On the contrary, these processes are no more “natural” in music than, say, forests. Modernization is no more a natural process than clear-cutting forests. There are other reasons not to do applied ethnomusicology, of course; one can contribute as an ethnomusicologist in other ways. But to write histories of ethnomusicology and neglect or belittle applied work and to maintain that ethnomusicologists ought not to take political stands, that they ought not to advocate on behalf of the musical cultures to which they have made commitments of all sorts—time, intellect, emotion, career, and so forth—seems, to me at least, to require some thought and examination. Just as applied workers should be—and are—reflexive concerning motivation, so should the historian be. Perhaps I will pursue this in a later entry, but at this point I will continue with the other ABET workshop topics that I mentioned in my previous entry: the four principles (diversity, interdependence, limits to growth, and stewardship); heritage tourism and the creative economy contra sustainability; and the difficulties of sustaining unofficial music through official cultural policy.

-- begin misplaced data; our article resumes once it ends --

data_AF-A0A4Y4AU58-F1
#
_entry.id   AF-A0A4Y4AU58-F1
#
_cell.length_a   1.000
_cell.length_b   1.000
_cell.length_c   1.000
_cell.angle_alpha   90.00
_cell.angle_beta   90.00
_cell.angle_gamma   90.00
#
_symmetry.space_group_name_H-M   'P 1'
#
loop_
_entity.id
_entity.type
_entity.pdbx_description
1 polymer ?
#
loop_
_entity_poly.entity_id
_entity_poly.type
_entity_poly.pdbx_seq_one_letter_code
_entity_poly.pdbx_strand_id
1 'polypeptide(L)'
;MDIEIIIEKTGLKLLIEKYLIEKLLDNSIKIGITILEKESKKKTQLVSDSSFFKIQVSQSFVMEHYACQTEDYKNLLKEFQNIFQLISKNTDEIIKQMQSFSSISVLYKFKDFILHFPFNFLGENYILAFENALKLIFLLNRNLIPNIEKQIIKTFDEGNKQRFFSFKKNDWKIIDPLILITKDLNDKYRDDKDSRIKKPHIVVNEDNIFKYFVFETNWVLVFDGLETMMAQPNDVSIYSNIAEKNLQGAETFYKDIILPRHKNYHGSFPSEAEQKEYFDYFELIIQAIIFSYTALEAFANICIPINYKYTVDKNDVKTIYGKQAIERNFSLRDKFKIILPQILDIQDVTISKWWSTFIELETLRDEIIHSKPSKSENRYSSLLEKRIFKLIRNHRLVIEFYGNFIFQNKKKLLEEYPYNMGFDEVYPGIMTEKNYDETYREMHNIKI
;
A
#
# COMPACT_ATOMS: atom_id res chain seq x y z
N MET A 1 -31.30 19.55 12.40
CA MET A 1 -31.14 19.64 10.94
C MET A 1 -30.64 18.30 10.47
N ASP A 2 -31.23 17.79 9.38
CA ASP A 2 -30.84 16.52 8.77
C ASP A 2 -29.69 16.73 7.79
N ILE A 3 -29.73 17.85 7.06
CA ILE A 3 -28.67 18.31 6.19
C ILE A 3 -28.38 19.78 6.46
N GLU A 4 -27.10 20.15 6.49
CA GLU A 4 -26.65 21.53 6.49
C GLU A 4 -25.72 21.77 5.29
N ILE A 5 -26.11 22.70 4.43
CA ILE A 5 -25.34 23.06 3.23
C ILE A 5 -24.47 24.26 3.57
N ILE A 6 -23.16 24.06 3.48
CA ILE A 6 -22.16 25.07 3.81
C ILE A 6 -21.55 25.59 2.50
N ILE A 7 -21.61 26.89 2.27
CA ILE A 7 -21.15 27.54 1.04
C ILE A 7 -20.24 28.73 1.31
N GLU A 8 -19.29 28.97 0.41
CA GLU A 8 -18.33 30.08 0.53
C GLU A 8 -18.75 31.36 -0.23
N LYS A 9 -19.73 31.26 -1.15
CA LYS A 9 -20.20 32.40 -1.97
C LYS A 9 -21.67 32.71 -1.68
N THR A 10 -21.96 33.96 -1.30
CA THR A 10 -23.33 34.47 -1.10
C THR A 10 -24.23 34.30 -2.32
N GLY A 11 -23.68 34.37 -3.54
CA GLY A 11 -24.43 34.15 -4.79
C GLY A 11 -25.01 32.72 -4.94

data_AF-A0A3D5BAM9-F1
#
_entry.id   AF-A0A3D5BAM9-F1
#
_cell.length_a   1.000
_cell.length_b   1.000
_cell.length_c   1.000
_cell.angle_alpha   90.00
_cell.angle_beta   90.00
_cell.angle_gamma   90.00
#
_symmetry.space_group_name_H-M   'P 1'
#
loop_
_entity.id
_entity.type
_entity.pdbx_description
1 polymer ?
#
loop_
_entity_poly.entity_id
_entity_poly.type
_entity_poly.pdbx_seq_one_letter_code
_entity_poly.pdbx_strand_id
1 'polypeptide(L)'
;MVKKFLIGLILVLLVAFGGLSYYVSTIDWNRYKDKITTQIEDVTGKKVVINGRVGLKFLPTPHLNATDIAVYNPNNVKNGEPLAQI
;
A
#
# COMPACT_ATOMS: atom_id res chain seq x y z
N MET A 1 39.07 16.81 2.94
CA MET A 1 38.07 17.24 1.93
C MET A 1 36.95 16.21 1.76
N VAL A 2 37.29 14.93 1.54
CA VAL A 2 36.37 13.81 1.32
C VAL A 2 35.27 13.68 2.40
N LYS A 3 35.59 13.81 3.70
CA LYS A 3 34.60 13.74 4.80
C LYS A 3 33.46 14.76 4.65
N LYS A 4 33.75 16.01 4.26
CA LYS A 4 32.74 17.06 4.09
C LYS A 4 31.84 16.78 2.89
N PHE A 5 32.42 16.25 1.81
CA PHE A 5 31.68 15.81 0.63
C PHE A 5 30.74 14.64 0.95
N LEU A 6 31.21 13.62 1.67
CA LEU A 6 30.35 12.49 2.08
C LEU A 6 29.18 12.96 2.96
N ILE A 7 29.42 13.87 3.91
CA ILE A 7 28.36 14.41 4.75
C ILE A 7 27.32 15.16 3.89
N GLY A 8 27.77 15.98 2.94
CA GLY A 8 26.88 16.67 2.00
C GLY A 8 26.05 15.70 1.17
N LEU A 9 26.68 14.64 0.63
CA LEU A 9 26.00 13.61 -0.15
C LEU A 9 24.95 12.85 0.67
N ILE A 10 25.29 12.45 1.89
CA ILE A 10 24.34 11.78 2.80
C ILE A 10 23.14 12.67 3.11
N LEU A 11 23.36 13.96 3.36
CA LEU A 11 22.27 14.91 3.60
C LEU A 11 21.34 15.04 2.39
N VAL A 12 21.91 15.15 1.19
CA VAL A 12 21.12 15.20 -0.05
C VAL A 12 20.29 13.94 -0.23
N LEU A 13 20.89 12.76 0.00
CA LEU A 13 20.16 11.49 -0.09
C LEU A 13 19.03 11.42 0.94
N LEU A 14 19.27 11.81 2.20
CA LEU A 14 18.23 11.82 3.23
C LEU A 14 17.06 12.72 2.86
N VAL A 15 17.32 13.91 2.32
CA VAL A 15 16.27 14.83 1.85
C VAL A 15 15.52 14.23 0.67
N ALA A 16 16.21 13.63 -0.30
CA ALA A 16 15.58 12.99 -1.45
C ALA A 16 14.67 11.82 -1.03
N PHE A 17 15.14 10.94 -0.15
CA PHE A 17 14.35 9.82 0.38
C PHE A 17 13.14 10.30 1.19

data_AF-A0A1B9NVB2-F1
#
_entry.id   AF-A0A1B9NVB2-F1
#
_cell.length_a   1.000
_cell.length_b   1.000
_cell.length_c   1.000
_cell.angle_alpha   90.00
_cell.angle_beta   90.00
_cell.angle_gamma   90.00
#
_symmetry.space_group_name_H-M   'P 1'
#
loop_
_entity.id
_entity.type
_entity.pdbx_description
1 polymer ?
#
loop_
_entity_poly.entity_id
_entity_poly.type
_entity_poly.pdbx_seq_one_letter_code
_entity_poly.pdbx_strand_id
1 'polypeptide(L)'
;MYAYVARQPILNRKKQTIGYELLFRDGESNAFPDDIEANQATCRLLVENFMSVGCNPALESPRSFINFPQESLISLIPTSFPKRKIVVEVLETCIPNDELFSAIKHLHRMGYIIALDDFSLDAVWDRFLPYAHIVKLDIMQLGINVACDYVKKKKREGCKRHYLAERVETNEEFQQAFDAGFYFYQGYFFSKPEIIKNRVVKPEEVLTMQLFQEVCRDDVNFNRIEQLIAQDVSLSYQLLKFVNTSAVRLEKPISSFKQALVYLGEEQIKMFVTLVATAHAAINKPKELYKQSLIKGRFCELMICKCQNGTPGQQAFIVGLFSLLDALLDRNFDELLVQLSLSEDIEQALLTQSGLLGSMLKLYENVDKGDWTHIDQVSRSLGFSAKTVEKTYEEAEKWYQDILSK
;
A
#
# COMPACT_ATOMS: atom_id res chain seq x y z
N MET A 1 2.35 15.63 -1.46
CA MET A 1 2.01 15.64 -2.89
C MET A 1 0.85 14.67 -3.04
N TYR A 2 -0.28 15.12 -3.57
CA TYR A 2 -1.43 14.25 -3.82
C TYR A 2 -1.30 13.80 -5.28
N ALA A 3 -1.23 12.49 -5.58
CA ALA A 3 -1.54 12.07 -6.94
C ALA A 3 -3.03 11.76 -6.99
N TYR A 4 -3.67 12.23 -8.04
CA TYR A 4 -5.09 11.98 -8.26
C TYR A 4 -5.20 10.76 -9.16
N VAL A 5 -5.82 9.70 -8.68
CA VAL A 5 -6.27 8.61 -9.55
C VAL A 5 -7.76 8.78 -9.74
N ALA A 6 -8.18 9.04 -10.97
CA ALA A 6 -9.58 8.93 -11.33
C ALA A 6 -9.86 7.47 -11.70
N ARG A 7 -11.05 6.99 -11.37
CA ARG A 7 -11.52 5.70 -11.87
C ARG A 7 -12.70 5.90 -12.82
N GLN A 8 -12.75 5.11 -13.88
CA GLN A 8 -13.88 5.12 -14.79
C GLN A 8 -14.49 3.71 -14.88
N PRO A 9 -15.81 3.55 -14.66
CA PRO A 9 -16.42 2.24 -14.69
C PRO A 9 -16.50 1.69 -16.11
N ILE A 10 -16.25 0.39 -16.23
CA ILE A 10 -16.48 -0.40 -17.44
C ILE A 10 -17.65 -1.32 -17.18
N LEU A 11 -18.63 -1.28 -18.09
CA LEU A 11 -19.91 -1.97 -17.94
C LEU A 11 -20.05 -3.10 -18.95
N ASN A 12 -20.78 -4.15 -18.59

Additional note as of June 22, 2013: A reader has kindly supplied the name of the indigenous film maker--Marilton Maxikali--and the name of his film, Putoxop's Songs: The Parrot-Men. Further information on the indigenous group and location is in the comment attached to this post. Thank you, Jorgette Lago!

    [1]Jeff Todd Titon, “Music, the Public Interest, and the Practice of Ethnomusicology,” Ethnomusicology, Vol. 36, no. 3, 1992. Special issue on music and the public interest, pp. 315-322. See also my essay “Knowing Fieldwork,” in Gregory Barz and Timothy Cooley, ed., Shadows in the Field, 2nd ed., New York: Oxford University Press, 2008, pp. 25-41. Of course, this is not to say that some of the "old" fieldworkers did not practice the new fieldwork; notably there were some, like the anthropologist A. L. Kroeber, who did.
    [2] Both kinds of fieldwork aid sustainability, of course; archives of scholarly data are useful to communities wanting to know about the music of their past. Wayne Newell, for example, found that the J. Walter Fewkes recordings of Passamaquoddy songs made more than 130 years ago opened a window on his indigenous group’s music-making that had been shut. Advocacy, applied ethnomusicology, and the new fieldwork offer ongoing opportunities for partnerships in sustainability efforts, ultimately social and political.